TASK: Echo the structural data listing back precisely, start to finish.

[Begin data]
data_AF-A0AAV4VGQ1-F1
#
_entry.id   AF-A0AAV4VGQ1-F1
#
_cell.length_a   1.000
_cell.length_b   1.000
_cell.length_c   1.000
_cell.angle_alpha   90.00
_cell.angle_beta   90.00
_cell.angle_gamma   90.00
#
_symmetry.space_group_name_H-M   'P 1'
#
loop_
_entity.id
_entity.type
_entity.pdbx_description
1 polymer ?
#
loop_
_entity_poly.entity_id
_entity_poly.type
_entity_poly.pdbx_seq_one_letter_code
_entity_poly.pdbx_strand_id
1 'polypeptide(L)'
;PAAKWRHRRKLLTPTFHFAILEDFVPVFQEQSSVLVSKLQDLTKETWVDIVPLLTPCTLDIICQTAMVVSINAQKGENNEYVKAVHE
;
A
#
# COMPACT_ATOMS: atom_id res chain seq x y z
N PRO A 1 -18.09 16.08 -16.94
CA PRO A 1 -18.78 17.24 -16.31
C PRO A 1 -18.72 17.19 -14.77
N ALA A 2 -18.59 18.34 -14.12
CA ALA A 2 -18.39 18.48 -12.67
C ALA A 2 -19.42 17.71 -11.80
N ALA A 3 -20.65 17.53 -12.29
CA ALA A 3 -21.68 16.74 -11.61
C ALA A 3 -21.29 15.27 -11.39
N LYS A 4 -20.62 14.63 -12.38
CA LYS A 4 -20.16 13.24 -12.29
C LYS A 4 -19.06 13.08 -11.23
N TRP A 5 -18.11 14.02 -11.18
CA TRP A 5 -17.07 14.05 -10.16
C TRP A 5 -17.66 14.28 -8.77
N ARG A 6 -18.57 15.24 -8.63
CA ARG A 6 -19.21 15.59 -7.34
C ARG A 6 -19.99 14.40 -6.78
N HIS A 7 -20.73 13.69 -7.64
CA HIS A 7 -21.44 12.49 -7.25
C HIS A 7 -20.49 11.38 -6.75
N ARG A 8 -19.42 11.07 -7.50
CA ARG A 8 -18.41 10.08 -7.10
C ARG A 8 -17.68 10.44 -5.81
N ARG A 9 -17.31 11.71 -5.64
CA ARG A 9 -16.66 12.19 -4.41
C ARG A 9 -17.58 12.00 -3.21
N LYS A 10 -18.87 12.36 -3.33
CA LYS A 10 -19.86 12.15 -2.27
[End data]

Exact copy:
data_AF-A0AAV4VGQ1-F1
#
_entry.id   AF-A0AAV4VGQ1-F1
#
_cell.length_a   1.000
_cell.length_b   1.000
_cell.length_c   1.000
_cell.angle_alpha   90.00
_cell.angle_beta   90.00
_cell.angle_gamma   90.00
#
_symmetry.space_group_name_H-M   'P 1'
#
loop_
_entity.id
_entity.type
_entity.pdbx_description
1 polymer ?
#
loop_
_entity_poly.entity_id
_entity_poly.type
_entity_poly.pdbx_seq_one_letter_code
_entity_poly.pdbx_strand_id
1 'polypeptide(L)'
;PAAKWRHRRKLLTPTFHFAILEDFVPVFQEQSSVLVSKLQDLTKETWVDIVPLLTPCTLDIICQTAMVVSINAQKGENNEYVKAVHE
;
A
#
# COMPACT_ATOMS: atom_id res chain seq x y z
N PRO A 1 -18.09 16.08 -16.94
CA PRO A 1 -18.78 17.24 -16.31
C PRO A 1 -18.72 17.19 -14.77
N ALA A 2 -18.59 18.34 -14.12
CA ALA A 2 -18.39 18.48 -12.67
C ALA A 2 -19.42 17.71 -11.80
N ALA A 3 -20.65 17.53 -12.29
CA ALA A 3 -21.68 16.74 -11.61
C ALA A 3 -21.29 15.27 -11.39
N LYS A 4 -20.62 14.63 -12.38
CA LYS A 4 -20.16 13.24 -12.29
C LYS A 4 -19.06 13.08 -11.23
N TRP A 5 -18.11 14.02 -11.18
CA TRP A 5 -17.07 14.05 -10.16
C TRP A 5 -17.66 14.28 -8.77
N ARG A 6 -18.57 15.24 -8.63
CA ARG A 6 -19.21 15.59 -7.34
C ARG A 6 -19.99 14.40 -6.78
N HIS A 7 -20.73 13.69 -7.64
CA HIS A 7 -21.44 12.49 -7.25
C HIS A 7 -20.49 11.38 -6.75
N ARG A 8 -19.42 11.07 -7.50
CA ARG A 8 -18.41 10.08 -7.10
C ARG A 8 -17.68 10.44 -5.81
N ARG A 9 -17.31 11.71 -5.64
CA ARG A 9 -16.66 12.19 -4.41
C ARG A 9 -17.58 12.00 -3.21
N LYS A 10 -18.87 12.36 -3.33
CA LYS A 10 -19.86 12.15 -2.27